Ahwais Khan, 16, from Saltley in Birmingham joined Chance to Shine Street as a 12 year-old. Ahwais was a handful for his teachers. “I was disturbing lessons and getting loads of detentions,” he admits, “It definitely affected my grades. Outside school I was mixing with the wrong crowd and just messing about.”
Since he started on the Street programme Ahwais has made the school cricket team every year and as even become captain. “I would never, ever have got near that team. It’s given me loads of confidence and responsibility. I’ve matured a lot from it.”
His improved behaviour has also helped with his studies. “I’ve been on the right path for a couple of years now, improving my behaviour, improving my grades,” he explains, “At the moment I’m passing all my exams. I’ve not had one detention all year.”
Ahwais has no regrets moving away from his old circle of friends: “Now I see them just hanging around on the streets. Some have got in trouble with the police for knife crime. That would definitely e me if I hadn’t got involved in the Street programme.”
In areas struggling to engage girls in cricket it sometimes takes an inspirational coach to spark an interest. Luckily in north east London we had two! Hannah Newman and Saba Nasim, both newly qualified coaches, promoted the Street programme enthusiastically to girls in local schools and community centres.
They soon had a number of regular participants who attended weekly sessions and formed their own girls’ team, the ‘Redbridge Rangers’, winners of the first Street girls’ competition. Hannah and Saba not only provided cricket coaching for the girls, but also organised workshops to teach broader life skills, such as first aid. They promoted cultural awareness in sessions by helping to fit prayer breaks into the schedule for the Muslim girls. For the girls on Redbridge, Saba and Hannah are much more than just their cricket coaches, they are true friends.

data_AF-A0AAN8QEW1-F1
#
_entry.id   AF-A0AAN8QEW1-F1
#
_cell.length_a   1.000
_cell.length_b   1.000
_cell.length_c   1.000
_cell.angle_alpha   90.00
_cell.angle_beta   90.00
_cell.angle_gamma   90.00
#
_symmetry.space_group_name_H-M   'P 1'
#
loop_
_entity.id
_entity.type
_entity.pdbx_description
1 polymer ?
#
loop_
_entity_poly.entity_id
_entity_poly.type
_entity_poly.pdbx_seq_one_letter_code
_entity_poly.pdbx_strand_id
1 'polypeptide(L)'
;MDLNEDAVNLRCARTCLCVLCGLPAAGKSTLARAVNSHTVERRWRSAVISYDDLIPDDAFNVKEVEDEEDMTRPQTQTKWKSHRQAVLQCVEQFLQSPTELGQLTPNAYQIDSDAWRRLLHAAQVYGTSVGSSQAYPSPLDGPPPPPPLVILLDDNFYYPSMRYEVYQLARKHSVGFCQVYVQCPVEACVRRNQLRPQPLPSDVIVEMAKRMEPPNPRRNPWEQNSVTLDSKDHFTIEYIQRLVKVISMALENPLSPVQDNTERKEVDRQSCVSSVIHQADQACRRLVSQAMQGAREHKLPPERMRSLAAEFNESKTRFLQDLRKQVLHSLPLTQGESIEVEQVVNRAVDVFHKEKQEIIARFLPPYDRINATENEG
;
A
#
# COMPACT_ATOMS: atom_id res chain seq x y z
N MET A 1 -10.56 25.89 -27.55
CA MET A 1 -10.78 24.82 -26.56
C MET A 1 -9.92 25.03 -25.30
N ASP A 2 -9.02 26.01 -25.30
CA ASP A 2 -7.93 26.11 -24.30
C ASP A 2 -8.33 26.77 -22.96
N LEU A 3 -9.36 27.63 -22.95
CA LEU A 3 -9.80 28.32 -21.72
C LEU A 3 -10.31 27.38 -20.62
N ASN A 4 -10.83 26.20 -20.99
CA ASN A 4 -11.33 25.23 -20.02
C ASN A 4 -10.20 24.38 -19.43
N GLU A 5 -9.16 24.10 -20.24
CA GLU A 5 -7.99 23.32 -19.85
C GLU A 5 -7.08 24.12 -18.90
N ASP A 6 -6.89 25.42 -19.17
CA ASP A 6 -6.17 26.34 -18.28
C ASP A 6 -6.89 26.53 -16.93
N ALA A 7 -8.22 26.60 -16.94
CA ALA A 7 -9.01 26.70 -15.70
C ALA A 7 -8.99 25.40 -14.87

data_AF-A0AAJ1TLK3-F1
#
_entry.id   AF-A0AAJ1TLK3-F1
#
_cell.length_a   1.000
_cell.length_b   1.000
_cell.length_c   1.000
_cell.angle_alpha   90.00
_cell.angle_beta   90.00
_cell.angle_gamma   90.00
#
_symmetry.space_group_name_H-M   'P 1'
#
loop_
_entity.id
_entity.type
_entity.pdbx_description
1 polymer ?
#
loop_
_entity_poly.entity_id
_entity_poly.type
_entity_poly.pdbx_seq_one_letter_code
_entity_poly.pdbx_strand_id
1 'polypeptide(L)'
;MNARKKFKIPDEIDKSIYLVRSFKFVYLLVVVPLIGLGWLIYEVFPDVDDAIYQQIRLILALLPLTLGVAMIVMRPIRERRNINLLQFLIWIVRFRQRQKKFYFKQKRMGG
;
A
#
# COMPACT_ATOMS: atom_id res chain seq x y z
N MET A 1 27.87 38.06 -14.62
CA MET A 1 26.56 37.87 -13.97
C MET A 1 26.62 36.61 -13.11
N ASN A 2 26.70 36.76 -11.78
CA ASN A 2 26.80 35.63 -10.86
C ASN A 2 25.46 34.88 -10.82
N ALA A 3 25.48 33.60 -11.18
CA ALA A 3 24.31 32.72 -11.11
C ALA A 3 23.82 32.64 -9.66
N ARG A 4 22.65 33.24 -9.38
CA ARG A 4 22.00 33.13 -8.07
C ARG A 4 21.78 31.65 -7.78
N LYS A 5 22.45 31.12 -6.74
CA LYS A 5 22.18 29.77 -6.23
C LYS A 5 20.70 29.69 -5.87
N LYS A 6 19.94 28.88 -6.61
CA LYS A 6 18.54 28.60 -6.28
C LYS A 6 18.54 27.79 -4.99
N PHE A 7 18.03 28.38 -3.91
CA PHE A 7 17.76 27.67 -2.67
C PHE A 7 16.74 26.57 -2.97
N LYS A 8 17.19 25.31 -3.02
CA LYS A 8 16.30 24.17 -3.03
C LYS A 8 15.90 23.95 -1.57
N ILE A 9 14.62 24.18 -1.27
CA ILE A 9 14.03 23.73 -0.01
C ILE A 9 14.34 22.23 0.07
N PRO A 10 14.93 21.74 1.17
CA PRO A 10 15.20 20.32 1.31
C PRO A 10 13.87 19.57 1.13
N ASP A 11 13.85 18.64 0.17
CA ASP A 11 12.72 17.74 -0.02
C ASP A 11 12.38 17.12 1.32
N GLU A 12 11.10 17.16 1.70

Saba has been nationally recognised for her work receiving the Coach of the Year Award at the Asian Cricket Awards and the AllOutCricket Club Awards. She was delighted with the awards: "It pleases me to know that the girls I work with will be so made up knowing I have won coach of the year. There are many female coaches out there doing a great job, so I would like to praise them for the work that that they are doing. Hopefully this sends a positive message.”
Shakeel Ahmed, 21, from Tower Hamlets has been involved in our Street cricket programme for six years. Previously, his lack of focus led to him hanging around with a bad crowd. He explains, “Before, I wasn’t thinking too much about the future and I was getting in trouble because I wasn’t involved in anything.”
Cricket has helped Shakeel to move away from negative influences. His coach encouraged him to take a coach education course, funded by the charity, when he turned 16.
After completing his course, Shakeel started work as a paid apprentice coach delivering Street projects in Tower Hamlets’ schools and communities. He’s since gained a Finance and Accountancy degree at the University of East London – paid for out of his coaching income – and Middlesex Cricket Board has offered him a fulltime community coaching role.
“Without Chance to Shine Street I would have no other skills, no work experience, no paid work,” says Shakeel, “I’d be worried about my future. Now I can afford to be calm and I have no need to worry.”
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